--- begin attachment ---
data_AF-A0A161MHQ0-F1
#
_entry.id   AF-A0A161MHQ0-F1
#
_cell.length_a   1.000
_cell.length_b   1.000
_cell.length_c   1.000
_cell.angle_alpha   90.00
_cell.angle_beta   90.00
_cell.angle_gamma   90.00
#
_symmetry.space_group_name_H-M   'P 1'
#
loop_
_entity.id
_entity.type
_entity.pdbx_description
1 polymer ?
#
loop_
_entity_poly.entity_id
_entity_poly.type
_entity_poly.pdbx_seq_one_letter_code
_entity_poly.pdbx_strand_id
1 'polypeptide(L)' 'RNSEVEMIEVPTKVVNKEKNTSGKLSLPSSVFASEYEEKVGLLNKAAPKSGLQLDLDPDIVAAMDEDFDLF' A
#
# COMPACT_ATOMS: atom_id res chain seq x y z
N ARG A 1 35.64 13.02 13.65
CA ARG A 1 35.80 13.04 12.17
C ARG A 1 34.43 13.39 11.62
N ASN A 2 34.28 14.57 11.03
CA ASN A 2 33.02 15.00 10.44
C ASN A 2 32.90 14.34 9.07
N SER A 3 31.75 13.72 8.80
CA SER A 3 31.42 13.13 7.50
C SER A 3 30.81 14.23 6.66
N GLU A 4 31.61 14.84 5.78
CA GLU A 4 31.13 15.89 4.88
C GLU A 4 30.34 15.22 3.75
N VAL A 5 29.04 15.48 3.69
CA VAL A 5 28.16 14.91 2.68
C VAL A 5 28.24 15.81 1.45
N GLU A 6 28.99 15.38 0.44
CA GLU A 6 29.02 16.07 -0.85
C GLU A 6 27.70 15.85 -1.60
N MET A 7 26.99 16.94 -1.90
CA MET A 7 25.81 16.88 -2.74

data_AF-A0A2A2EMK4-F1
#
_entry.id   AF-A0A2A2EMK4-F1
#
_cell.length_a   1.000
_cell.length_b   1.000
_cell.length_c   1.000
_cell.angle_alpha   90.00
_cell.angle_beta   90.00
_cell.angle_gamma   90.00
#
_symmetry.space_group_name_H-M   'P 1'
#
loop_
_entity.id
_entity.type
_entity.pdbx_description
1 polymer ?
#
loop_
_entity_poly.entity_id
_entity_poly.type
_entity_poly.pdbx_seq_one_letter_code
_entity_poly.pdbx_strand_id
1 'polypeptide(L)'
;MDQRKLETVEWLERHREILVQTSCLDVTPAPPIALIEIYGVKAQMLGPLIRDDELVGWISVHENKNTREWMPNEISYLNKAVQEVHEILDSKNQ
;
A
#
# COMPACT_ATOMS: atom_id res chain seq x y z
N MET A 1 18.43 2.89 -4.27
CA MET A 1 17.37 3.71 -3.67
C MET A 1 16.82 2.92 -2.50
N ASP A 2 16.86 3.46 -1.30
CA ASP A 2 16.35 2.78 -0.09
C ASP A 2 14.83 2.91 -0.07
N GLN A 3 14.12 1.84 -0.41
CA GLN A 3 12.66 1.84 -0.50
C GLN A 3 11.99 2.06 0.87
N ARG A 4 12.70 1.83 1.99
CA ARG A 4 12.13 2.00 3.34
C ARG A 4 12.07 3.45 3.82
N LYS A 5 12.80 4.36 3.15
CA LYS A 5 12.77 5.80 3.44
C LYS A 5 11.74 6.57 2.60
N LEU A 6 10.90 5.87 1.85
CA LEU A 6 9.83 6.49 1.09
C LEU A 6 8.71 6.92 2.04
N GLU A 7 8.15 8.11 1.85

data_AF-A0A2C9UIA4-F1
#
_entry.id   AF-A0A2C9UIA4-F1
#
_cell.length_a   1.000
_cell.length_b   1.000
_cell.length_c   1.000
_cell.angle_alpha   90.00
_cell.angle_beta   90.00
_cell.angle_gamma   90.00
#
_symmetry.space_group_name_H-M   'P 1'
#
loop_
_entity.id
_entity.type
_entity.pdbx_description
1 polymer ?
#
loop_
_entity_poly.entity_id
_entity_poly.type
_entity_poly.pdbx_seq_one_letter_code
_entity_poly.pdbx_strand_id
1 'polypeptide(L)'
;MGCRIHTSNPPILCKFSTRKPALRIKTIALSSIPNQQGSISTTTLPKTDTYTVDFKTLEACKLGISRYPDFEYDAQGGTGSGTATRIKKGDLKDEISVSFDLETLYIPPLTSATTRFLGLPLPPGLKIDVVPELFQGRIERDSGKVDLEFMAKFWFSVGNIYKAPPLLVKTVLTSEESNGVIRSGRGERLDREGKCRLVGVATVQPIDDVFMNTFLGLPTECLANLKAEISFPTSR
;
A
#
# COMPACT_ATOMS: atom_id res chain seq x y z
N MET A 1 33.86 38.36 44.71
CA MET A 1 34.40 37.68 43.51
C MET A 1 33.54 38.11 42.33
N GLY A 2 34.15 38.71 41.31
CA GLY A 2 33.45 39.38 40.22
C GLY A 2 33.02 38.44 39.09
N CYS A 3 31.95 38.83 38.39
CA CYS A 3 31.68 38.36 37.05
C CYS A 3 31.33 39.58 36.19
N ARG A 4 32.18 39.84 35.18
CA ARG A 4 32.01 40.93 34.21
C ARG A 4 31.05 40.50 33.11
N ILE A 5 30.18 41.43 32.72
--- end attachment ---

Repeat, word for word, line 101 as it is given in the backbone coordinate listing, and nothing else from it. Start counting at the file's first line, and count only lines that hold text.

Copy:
_cell.length_a   1.000